Diana Athill: Middlemarch by George Eliot

This month the editor, novelist and memoirist Diana Athill has kindly chosen a book for us: Middlemarch by George Eliot. She writes:

The book that has meant most to me is Middlemarch by George Eliot.  It takes a bit of patient getting into, but once there you are in a real world – a real world full of real people. You are taken back not only into a few past lives, but the stories of four or five sets of people, which interlock but are very different from each other. I remember when I first read Middlemarch and saw that I was getting near to its end I felt really sad – I didn’t want to leave that world! George Eliot understood people incredibly well, and it is almost uncanny how she can draw one into their lives. For instance, although at the time when she lived people simply didn’t write openly about sex (a word which I doubt that she ever put on paper), when poor foolish Dorothea discovers what a terrible mistake she has made in marrying Casaubon, that sad, dry old stick of a man, one understands perfectly well that her disappointment is not just because he is intellectually less grand than she had believed – one understands it better than innocent Dorothea understands it herself! Of course a great many other people have loved and admired this novel (even thought it the greatest of all English novels) – but I remember that I myself steered away from it for many years, for some reason expecting it to be worthy but dull, so that when finally, and rather unwillingly, I picked it up, it came as a glorious surprise.  I expect it will have the same effect on many other people.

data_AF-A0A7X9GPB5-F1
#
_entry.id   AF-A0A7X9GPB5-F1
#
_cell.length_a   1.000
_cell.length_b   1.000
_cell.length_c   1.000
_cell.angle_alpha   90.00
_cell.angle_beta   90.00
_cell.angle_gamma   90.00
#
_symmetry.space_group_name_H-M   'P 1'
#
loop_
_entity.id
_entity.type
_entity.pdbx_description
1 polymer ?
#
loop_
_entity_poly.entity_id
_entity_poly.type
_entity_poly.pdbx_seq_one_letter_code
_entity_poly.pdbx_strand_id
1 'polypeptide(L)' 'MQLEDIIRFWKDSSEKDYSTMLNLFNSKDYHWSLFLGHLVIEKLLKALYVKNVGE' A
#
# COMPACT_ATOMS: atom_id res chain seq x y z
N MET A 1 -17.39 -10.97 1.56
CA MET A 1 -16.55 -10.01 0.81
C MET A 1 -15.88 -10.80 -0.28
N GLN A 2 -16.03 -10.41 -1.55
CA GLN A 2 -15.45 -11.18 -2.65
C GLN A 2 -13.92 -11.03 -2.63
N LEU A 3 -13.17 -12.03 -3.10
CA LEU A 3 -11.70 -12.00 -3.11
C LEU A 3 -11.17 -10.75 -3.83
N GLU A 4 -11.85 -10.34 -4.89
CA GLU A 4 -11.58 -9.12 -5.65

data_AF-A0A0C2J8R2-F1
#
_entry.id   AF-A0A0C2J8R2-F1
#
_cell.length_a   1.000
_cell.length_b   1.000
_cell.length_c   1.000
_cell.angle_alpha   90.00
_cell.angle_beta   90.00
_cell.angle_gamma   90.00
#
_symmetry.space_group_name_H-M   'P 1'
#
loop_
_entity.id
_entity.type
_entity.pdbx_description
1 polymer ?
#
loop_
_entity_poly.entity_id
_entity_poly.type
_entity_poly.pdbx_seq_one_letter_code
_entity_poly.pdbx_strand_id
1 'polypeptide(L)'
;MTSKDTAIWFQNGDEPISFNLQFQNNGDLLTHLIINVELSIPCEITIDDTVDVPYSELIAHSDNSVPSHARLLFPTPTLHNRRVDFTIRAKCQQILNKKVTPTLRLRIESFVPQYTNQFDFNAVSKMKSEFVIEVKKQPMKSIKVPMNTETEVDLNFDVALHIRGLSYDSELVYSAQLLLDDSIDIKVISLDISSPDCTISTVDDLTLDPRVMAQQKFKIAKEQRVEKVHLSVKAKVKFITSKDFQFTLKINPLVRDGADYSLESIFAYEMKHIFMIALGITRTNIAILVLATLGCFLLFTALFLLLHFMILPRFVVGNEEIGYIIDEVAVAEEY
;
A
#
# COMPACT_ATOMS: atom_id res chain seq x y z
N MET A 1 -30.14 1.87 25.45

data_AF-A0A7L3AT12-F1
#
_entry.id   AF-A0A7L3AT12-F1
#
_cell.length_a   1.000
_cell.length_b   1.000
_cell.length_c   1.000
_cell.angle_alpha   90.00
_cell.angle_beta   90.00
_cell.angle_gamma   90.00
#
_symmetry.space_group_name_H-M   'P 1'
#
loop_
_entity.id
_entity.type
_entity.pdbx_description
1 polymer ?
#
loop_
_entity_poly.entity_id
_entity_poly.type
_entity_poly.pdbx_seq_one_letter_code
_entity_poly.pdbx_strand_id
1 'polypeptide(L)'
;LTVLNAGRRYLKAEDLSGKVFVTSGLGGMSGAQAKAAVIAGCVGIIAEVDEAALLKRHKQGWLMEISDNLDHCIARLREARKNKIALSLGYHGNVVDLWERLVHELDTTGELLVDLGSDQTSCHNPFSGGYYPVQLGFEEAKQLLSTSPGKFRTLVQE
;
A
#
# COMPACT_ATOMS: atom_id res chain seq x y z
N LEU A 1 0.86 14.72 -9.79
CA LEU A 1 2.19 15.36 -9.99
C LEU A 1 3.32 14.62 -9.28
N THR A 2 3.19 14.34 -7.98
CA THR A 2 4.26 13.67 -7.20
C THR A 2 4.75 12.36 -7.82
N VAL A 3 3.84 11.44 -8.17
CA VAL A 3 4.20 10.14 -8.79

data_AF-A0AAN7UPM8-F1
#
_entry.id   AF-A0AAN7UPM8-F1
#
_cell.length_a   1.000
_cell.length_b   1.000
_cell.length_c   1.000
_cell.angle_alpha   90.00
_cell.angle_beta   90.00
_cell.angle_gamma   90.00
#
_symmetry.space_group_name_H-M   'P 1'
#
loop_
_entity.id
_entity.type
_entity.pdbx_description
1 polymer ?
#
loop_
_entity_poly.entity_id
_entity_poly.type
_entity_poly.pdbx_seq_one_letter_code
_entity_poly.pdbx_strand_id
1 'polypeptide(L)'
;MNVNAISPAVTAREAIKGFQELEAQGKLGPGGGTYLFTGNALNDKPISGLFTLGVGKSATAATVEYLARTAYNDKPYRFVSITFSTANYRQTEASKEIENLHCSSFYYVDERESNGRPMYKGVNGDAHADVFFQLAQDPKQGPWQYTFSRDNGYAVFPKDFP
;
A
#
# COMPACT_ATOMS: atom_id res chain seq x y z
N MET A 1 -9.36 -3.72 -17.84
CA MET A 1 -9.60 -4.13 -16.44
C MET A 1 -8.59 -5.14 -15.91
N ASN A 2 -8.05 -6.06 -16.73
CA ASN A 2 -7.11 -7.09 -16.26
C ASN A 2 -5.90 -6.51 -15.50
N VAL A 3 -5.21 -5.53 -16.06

Athill’s latest book, Alive, Alive Oh!: And Other Things That Matter, was published by Granta in November last year.


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